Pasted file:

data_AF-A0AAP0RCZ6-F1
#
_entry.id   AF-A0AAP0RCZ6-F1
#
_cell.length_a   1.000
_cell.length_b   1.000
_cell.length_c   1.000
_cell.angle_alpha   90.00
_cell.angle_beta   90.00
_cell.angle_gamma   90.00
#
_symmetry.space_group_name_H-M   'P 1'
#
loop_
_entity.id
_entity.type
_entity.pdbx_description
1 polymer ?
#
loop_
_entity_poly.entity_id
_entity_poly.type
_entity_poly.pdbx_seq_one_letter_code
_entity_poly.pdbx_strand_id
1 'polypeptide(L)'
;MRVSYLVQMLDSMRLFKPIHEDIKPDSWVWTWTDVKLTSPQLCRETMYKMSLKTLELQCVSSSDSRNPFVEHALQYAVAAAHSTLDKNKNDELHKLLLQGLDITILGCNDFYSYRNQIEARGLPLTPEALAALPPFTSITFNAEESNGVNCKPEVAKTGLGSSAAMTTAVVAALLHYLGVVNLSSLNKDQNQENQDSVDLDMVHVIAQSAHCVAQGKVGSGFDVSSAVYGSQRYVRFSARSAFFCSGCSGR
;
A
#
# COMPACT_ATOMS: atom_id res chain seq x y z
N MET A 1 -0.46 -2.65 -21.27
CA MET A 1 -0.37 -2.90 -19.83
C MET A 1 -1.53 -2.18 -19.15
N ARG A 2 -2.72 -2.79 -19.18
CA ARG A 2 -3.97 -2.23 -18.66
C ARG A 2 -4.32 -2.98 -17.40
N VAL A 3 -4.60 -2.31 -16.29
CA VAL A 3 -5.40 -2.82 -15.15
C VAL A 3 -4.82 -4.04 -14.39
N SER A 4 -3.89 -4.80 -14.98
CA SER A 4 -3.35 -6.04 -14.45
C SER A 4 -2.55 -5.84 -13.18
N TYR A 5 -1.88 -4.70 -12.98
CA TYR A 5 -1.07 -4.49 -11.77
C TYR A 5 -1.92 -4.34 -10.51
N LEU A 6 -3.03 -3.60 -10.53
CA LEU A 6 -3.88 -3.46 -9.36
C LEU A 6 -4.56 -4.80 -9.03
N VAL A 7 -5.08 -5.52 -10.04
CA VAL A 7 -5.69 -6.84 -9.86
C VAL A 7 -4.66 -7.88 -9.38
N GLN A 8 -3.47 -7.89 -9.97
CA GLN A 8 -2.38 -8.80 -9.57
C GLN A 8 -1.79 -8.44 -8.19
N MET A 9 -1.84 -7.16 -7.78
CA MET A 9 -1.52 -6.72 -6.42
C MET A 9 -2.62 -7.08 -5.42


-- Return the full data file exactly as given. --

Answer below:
data_AF-A0AAP0RCZ6-F1
#
_entry.id   AF-A0AAP0RCZ6-F1
#
_cell.length_a   1.000
_cell.length_b   1.000
_cell.length_c   1.000
_cell.angle_alpha   90.00
_cell.angle_beta   90.00
_cell.angle_gamma   90.00
#
_symmetry.space_group_name_H-M   'P 1'
#
loop_
_entity.id
_entity.type
_entity.pdbx_description
1 polymer ?
#
loop_
_entity_poly.entity_id
_entity_poly.type
_entity_poly.pdbx_seq_one_letter_code
_entity_poly.pdbx_strand_id
1 'polypeptide(L)'
;MRVSYLVQMLDSMRLFKPIHEDIKPDSWVWTWTDVKLTSPQLCRETMYKMSLKTLELQCVSSSDSRNPFVEHALQYAVAAAHSTLDKNKNDELHKLLLQGLDITILGCNDFYSYRNQIEARGLPLTPEALAALPPFTSITFNAEESNGVNCKPEVAKTGLGSSAAMTTAVVAALLHYLGVVNLSSLNKDQNQENQDSVDLDMVHVIAQSAHCVAQGKVGSGFDVSSAVYGSQRYVRFSARSAFFCSGCSGR
;
A
#
# COMPACT_ATOMS: atom_id res chain seq x y z
N MET A 1 -0.46 -2.65 -21.27
CA MET A 1 -0.37 -2.90 -19.83
C MET A 1 -1.53 -2.18 -19.15
N ARG A 2 -2.72 -2.79 -19.18
CA ARG A 2 -3.97 -2.23 -18.66
C ARG A 2 -4.32 -2.98 -17.40
N VAL A 3 -4.60 -2.31 -16.29
CA VAL A 3 -5.40 -2.82 -15.15
C VAL A 3 -4.82 -4.04 -14.39
N SER A 4 -3.89 -4.80 -14.98
CA SER A 4 -3.35 -6.04 -14.45
C SER A 4 -2.55 -5.84 -13.18
N TYR A 5 -1.88 -4.70 -12.98
CA TYR A 5 -1.07 -4.49 -11.77
C TYR A 5 -1.92 -4.34 -10.51
N LEU A 6 -3.03 -3.60 -10.53
CA LEU A 6 -3.88 -3.46 -9.36
C LEU A 6 -4.56 -4.80 -9.03
N VAL A 7 -5.08 -5.52 -10.04
CA VAL A 7 -5.69 -6.84 -9.86
C VAL A 7 -4.66 -7.88 -9.38
N GLN A 8 -3.47 -7.89 -9.97
CA GLN A 8 -2.38 -8.80 -9.57
C GLN A 8 -1.79 -8.44 -8.19
N MET A 9 -1.84 -7.16 -7.78
CA MET A 9 -1.52 -6.72 -6.42
C MET A 9 -2.62 -7.08 -5.42